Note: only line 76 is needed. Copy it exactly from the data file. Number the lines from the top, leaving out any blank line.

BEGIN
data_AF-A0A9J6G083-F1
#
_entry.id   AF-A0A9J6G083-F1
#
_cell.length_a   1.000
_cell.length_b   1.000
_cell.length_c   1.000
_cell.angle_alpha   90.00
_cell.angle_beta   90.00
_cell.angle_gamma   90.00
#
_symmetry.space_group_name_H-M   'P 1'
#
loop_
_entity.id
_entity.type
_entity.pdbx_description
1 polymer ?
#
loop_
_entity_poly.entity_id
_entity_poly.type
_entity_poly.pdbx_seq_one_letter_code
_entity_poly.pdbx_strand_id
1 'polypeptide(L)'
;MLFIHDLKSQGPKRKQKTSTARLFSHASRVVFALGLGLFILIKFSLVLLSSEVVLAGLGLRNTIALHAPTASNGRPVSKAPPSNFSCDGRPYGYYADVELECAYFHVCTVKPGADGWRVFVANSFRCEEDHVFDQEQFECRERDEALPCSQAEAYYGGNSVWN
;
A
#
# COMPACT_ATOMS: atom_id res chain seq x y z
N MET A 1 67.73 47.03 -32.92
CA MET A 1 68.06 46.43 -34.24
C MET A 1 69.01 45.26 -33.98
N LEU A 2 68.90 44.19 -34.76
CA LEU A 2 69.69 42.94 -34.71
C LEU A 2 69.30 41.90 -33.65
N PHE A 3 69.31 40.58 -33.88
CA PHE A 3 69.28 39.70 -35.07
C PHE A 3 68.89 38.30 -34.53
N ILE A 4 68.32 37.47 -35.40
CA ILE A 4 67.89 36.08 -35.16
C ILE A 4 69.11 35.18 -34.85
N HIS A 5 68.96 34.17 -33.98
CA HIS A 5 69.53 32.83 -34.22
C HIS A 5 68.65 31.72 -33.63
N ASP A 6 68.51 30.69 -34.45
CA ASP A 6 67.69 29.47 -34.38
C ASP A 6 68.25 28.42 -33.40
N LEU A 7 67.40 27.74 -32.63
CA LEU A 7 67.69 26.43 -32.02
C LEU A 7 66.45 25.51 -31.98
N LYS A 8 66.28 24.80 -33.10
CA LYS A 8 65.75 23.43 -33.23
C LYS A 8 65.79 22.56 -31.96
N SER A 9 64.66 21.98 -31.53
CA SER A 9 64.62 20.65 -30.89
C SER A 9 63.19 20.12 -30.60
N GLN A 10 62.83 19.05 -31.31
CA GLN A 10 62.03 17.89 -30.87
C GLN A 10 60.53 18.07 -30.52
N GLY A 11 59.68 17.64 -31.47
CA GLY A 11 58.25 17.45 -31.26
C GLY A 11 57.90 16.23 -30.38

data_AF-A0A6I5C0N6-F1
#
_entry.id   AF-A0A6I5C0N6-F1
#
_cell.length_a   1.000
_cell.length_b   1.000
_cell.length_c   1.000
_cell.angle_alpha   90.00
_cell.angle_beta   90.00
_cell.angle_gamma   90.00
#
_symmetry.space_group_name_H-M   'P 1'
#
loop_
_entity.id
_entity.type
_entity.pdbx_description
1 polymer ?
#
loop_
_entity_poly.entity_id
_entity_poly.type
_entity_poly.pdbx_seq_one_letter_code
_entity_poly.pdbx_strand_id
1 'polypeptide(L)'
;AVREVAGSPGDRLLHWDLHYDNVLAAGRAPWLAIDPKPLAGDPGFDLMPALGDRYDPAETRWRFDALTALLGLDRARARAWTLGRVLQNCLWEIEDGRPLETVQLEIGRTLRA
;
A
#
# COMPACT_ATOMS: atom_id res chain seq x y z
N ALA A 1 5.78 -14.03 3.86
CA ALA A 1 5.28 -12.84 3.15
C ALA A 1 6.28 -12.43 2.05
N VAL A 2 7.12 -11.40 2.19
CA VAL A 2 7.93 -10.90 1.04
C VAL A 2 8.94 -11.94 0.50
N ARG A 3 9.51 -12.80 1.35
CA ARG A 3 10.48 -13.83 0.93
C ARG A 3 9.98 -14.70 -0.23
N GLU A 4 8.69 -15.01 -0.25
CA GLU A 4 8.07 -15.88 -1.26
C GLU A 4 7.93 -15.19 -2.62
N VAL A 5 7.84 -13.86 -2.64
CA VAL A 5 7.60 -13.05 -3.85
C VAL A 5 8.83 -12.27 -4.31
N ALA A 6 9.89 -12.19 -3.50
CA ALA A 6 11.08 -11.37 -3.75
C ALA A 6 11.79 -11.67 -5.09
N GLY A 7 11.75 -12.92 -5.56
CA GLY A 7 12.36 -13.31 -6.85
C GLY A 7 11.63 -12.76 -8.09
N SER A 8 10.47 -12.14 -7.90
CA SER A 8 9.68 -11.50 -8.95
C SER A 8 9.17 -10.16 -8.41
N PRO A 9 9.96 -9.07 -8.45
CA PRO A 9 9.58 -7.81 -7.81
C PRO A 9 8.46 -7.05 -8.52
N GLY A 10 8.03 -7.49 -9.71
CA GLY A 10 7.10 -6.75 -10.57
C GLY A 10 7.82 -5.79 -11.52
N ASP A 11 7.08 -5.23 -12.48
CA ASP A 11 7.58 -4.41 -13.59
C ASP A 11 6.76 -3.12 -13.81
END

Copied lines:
#